Despite snow, conflict ridden IoK sees sharp decline of tourism

"My hotel had zero occupancy last year. It was disastrous," said Pahalgam hotelier Mushtaq Ahmad

News Desk December 06, 2017
Hundreds have died due to clashes in recent years. PHOTO: REUTERS

After months of drought in Indian-administered Kashmir, snow has finally fallen. Usually early snowfall is a blessing for the local tourism sector especially in well-known winter resorts like Gulmarg, Pahalgam and Sonmarg. However, these places appear deserted, with very few tourists around.

"My hotel had zero occupancy last year, and almost all hotels across the valley suffered like this. It was disastrous," Pahalgam hotelier Mushtaq Ahmad told Al Jazeera.

Kashmir's economy depends heavily on tourism. Local tourism officials state that a single visiting tourist usually spends around $775. In 2016, the tourism department anticipated 1.8 million tourists but only 1.3 million came to the valley. In the last year alone, the industry reportedly lost more than $46m. Autumn in Kashmir is beautiful and the famous Mughal gardens draw tourists from India and around the globe.

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The decline of this industry is connected to the fragile security situation. Kashmir saw five months of conflict last year, following the killing local rebel commander Burhaan Wani. The security situation only worsened after the killing of political workers and police officers by rebel fighters.

Battling rebel fighters

Local tourism officials believe the increase in operations against rebels in Kashmir is on of the reasons for the decline in visitor numbers.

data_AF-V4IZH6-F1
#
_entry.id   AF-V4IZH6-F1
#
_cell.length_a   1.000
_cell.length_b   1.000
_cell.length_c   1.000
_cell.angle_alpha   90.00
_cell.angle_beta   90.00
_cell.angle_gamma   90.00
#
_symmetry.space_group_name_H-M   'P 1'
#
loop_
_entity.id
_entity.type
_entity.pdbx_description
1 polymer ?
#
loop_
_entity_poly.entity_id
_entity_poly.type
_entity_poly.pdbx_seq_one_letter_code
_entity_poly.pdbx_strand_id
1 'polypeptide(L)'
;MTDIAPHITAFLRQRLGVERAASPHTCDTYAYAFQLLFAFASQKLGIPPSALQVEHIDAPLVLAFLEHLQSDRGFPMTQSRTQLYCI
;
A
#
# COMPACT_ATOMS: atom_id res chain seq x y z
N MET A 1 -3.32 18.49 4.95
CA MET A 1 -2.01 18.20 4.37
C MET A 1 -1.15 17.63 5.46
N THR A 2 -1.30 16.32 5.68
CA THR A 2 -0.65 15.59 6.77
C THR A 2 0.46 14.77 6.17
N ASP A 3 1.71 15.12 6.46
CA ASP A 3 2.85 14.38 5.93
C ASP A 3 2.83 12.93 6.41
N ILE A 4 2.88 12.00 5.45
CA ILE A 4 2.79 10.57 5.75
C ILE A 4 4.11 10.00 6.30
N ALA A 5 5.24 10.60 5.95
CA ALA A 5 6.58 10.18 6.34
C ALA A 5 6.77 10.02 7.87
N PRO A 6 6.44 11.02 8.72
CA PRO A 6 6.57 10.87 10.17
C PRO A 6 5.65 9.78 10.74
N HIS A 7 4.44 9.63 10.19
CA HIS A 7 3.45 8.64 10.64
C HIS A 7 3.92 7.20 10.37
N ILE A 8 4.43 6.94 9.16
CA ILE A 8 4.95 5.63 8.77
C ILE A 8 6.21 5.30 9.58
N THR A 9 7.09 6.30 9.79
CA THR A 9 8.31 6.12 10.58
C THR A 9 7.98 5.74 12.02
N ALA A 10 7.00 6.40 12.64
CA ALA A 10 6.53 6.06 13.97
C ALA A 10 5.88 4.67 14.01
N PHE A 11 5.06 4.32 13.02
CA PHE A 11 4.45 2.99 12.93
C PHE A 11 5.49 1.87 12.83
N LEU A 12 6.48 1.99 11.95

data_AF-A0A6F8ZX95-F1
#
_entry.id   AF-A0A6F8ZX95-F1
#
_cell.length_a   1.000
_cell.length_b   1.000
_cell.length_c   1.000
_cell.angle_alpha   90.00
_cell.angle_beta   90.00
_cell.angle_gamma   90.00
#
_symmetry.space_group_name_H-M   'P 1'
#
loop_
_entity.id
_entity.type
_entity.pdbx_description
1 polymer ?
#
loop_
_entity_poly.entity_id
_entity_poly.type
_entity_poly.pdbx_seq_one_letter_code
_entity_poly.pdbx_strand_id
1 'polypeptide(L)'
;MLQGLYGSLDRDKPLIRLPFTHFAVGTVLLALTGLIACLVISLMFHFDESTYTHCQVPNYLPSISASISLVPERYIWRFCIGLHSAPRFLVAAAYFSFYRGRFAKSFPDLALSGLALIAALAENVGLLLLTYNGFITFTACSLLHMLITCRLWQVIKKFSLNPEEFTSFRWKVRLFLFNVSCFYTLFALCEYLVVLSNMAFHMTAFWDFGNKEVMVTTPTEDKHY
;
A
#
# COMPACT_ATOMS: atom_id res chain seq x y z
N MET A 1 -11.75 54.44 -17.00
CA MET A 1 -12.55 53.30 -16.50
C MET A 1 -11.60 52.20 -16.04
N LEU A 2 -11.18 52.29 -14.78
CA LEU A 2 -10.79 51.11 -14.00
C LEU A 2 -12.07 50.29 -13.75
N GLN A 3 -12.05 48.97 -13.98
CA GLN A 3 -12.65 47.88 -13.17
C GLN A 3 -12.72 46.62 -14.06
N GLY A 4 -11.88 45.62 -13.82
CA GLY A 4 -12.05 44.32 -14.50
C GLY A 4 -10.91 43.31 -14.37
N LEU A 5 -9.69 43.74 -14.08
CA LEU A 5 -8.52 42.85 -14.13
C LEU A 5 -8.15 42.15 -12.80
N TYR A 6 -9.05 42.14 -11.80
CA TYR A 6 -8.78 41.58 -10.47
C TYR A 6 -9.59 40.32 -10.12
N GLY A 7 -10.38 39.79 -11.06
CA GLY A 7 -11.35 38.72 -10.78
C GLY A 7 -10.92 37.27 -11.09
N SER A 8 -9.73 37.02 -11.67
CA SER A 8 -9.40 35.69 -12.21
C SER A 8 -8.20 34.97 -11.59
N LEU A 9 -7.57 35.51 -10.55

In June, security forces launched "Operation All-Out" to destroy the fighters' hideouts in the valley. Lieutenant General JS Sandhu, head of the Indian Army's local command XV Corps, said they have killed an estimated 190 fighters this year.

Kashmir is rich in natural beauty and used to attract around two million tourists a year. Visitor numbers dropped drastically to less than one per cent of that in the early 1990s due to the eruption of a Muslim separatist revolt against Indian rule.

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Kashmir's director of tourism, Mehmood Ahmad Shah cites the medias negative portrayal of the region as one of the reasons for declining visitor numbers.

"Media gives hype to very trivial issues of the valley, which has created a negative perception about Kashmir in the rest of India," Shah told Al Jazeera.

In an attempt to revive the industry, tourist officials have staged concerts and released video advertisements to promote Kashmir. One video, titled "The Warmest Place on Earth" aimed to counter the negative portrayals of Kashmiris in India's national media. This video went viral, gaining over 3.7 million views.

"We have got an overwhelming response for the video, and we will carry it forward by advertising campaigns in print and electronic media to make outsiders realise that the situation is not that bad in Kashmir as portrayed in national media," Ahmad said.

Suffering locals

Many Kashmiris who work in the tourism industry have lost their jobs or been forced to switch to other businesses.

Javeed Ahmad, who cares for a family of five, says he had to close down his shop in Pahalgam.

"I had no other option but to shut down my shop to find some better option of livelihood. My family has suffered, especially my children, as I am unable to pay their school fees," he told Al Jazeera.

Abdul Majeed, the president of the local Hotel and Restaurant Association, told Al Jazeera that many families in Kashmir "have suffered a lot", citing near-zero occupancy in hotels across the valley.

This article originally appeared in Al Jazeera


Bunny Rabbit | 3 years ago | Reply The way things stand this region will take another 100 years to bear any fruit if at all any one dares to invest in this . i myself have seen 4 generations fight for this to no avail .
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